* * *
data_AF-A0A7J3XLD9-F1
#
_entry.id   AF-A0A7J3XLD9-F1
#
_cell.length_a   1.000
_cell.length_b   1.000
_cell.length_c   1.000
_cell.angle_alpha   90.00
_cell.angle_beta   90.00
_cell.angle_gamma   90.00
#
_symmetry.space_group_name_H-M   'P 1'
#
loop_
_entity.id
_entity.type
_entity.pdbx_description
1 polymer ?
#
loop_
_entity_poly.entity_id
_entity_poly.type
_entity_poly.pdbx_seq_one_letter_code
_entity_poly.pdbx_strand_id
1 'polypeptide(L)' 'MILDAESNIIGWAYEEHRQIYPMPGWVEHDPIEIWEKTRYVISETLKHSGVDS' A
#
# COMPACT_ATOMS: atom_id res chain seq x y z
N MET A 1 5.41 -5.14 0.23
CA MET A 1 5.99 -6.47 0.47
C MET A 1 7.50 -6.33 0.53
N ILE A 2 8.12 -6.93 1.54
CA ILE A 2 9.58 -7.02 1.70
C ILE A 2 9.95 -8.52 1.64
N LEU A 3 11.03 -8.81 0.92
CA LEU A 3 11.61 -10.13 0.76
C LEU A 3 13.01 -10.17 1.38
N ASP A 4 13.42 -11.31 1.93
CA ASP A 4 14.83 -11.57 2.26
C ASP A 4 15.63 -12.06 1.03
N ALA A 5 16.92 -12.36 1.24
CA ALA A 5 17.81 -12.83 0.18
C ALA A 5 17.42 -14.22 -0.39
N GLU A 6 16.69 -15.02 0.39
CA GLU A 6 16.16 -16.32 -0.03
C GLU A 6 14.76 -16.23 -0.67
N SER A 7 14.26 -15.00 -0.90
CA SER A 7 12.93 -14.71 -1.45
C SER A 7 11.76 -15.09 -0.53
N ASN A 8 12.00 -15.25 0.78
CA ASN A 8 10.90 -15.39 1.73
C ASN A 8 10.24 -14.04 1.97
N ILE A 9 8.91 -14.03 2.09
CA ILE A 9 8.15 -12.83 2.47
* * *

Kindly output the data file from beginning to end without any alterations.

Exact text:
data_AF-A0A7J3XLD9-F1
#
_entry.id   AF-A0A7J3XLD9-F1
#
_cell.length_a   1.000
_cell.length_b   1.000
_cell.length_c   1.000
_cell.angle_alpha   90.00
_cell.angle_beta   90.00
_cell.angle_gamma   90.00
#
_symmetry.space_group_name_H-M   'P 1'
#
loop_
_entity.id
_entity.type
_entity.pdbx_description
1 polymer ?
#
loop_
_entity_poly.entity_id
_entity_poly.type
_entity_poly.pdbx_seq_one_letter_code
_entity_poly.pdbx_strand_id
1 'polypeptide(L)' 'MILDAESNIIGWAYEEHRQIYPMPGWVEHDPIEIWEKTRYVISETLKHSGVDS' A
#
# COMPACT_ATOMS: atom_id res chain seq x y z
N MET A 1 5.41 -5.14 0.23
CA MET A 1 5.99 -6.47 0.47
C MET A 1 7.50 -6.33 0.53
N ILE A 2 8.12 -6.93 1.54
CA ILE A 2 9.58 -7.02 1.70
C ILE A 2 9.95 -8.52 1.64
N LEU A 3 11.03 -8.81 0.92
CA LEU A 3 11.61 -10.13 0.76
C LEU A 3 13.01 -10.17 1.38
N ASP A 4 13.42 -11.31 1.93
CA ASP A 4 14.83 -11.57 2.26
C ASP A 4 15.63 -12.06 1.03
N ALA A 5 16.92 -12.36 1.24
CA ALA A 5 17.81 -12.83 0.18
C ALA A 5 17.42 -14.22 -0.39
N GLU A 6 16.69 -15.02 0.39
CA GLU A 6 16.16 -16.32 -0.03
C GLU A 6 14.76 -16.23 -0.67
N SER A 7 14.26 -15.00 -0.90
CA SER A 7 12.93 -14.71 -1.45
C SER A 7 11.76 -15.09 -0.53
N ASN A 8 12.00 -15.25 0.78
CA ASN A 8 10.90 -15.39 1.73
C ASN A 8 10.24 -14.04 1.97
N ILE A 9 8.91 -14.03 2.09
CA ILE A 9 8.15 -12.83 2.47